The thymus gland is the primary lymphatic organ in the body. It is located over the heart and/or in the neck area, anterior to the ascending aorta and posterior to the sternum. The thymus consists of two lobes enclosed in a capsule and is further divided internally by cross walls into many lobules, called thymic lobules.
The primary function of the thymus is the processing and maturation of special lymphocytes (white blood cells) called T-lymphocytes or T-cells, which are associated with antibody production. T-lymphocytes migrate from the bone marrow to the thymus, where they mature and differentiate until activated. While in the thymus, the lymphocytes do not respond to pathogens and foreign agents. After the lymphocytes have matured, they enter the blood and go to other lymphatic organs where they help provide defense against disease. The thymus also produces a hormone, thymosin (see below), which stimulates the maturation of lymphocytes in other lymphatic organs.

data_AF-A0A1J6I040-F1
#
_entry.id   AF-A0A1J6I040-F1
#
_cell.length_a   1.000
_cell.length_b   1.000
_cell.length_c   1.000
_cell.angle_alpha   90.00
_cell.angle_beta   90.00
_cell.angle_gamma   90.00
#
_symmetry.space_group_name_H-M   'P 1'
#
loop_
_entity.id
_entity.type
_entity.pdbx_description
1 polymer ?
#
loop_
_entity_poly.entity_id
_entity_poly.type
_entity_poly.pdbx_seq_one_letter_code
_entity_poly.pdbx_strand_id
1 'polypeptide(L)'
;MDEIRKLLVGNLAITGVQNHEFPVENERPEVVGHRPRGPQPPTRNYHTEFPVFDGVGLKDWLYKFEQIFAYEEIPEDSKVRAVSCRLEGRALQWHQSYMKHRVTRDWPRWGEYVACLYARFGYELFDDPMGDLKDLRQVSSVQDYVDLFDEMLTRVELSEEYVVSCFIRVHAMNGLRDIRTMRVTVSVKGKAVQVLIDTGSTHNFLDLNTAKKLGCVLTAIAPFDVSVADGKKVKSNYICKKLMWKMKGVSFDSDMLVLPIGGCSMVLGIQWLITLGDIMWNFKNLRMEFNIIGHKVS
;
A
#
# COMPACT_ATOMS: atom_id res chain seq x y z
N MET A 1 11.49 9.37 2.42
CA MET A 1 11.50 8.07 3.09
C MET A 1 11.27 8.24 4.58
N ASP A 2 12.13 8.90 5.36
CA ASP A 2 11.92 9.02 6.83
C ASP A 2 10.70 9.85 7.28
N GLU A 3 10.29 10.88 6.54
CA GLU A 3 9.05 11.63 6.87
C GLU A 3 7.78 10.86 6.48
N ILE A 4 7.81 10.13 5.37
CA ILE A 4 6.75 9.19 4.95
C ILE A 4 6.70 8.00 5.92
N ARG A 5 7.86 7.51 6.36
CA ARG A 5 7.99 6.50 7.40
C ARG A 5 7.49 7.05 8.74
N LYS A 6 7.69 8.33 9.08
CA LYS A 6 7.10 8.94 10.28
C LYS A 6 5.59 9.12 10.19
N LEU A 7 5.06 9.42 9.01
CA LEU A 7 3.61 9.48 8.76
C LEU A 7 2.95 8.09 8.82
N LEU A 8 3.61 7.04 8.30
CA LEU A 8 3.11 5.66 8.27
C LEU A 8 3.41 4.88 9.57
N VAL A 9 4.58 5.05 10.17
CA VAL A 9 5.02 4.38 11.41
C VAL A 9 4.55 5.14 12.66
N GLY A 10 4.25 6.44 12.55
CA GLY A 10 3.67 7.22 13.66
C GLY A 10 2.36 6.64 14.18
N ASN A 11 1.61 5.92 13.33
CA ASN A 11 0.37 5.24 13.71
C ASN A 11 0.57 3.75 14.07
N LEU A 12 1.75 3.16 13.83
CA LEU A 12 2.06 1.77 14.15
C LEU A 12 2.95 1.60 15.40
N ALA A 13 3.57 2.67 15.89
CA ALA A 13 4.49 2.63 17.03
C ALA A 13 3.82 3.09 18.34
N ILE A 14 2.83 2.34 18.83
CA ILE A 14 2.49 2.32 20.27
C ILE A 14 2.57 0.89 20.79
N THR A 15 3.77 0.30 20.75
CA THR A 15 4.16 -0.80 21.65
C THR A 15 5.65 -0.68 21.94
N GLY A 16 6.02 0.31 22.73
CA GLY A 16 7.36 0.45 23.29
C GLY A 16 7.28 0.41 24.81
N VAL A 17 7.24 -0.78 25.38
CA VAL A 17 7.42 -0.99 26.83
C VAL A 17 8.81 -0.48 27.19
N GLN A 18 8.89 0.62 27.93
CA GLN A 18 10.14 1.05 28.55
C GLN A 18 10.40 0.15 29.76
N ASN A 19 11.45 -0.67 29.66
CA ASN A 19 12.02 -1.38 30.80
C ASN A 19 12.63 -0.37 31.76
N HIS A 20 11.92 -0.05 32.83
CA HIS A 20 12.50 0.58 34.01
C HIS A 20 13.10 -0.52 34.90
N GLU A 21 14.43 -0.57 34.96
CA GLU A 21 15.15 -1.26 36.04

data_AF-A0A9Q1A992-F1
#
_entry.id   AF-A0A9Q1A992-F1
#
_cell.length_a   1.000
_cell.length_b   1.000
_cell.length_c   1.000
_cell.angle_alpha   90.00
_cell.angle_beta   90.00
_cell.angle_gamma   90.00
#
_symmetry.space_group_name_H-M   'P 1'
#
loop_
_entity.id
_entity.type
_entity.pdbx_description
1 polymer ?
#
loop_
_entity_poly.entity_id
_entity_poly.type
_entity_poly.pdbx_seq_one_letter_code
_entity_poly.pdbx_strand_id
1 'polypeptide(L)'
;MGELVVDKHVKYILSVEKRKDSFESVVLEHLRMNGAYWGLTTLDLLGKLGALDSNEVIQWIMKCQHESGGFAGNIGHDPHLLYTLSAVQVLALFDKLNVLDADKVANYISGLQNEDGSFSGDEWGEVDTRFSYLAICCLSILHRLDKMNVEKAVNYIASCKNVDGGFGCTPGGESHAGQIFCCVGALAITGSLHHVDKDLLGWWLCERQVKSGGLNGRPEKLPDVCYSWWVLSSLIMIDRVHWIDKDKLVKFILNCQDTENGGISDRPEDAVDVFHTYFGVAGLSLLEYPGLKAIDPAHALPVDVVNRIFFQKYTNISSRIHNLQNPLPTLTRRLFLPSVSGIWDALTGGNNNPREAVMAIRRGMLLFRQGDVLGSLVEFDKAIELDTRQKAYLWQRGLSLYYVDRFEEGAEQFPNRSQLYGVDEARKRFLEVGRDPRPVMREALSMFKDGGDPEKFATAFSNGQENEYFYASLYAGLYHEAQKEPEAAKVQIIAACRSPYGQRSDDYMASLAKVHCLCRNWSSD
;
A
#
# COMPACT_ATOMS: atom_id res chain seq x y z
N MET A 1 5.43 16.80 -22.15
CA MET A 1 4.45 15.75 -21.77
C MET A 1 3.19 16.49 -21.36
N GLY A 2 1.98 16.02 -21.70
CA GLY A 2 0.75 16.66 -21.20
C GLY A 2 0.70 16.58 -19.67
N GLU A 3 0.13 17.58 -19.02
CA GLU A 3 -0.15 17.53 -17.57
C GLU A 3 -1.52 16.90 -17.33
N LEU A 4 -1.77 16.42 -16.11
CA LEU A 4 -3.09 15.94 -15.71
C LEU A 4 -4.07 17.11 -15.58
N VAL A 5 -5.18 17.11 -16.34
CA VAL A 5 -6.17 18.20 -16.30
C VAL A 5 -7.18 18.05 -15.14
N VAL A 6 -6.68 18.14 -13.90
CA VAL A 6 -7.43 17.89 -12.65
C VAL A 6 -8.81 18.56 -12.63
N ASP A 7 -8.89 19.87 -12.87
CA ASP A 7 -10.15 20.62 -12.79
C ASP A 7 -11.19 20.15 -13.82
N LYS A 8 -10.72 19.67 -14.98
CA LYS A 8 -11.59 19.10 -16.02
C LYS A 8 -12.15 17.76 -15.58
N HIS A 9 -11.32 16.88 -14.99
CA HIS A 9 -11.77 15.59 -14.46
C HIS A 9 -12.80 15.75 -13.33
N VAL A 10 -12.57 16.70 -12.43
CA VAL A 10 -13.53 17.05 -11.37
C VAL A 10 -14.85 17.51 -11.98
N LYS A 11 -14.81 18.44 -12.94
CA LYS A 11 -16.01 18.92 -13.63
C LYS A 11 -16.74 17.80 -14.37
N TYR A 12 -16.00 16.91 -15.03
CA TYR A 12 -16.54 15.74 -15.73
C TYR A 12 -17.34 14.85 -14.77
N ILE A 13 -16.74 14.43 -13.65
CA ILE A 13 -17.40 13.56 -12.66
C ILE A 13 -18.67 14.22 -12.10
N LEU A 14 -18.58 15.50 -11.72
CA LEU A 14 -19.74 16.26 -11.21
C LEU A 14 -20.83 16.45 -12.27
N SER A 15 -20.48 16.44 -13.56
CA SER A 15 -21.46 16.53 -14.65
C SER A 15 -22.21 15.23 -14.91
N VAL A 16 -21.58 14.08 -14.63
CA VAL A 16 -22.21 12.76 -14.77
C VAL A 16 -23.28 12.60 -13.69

The thymus is relatively large in infants and children but after puberty it begins to decrease in size so that in older adults it is quite small. Athymic individuals (people who have no thymus) lack T-cells.
A thymoma is a rare tumor of the thymus gland. The tumor can arise from any of the cell types in the thymus gland and can be cancerous or noncancerous. Thymoma is associated with the automiiune disorder myasthenia gravis.
Thymosin is a hormone secreted by the thymus gland. Its primary function is to stimulate the production of T-lymphocytes, which are an important part of the immune system. Thymosin also plays a role in the development of B-lymphocytes to plasma cells to produce antibodies.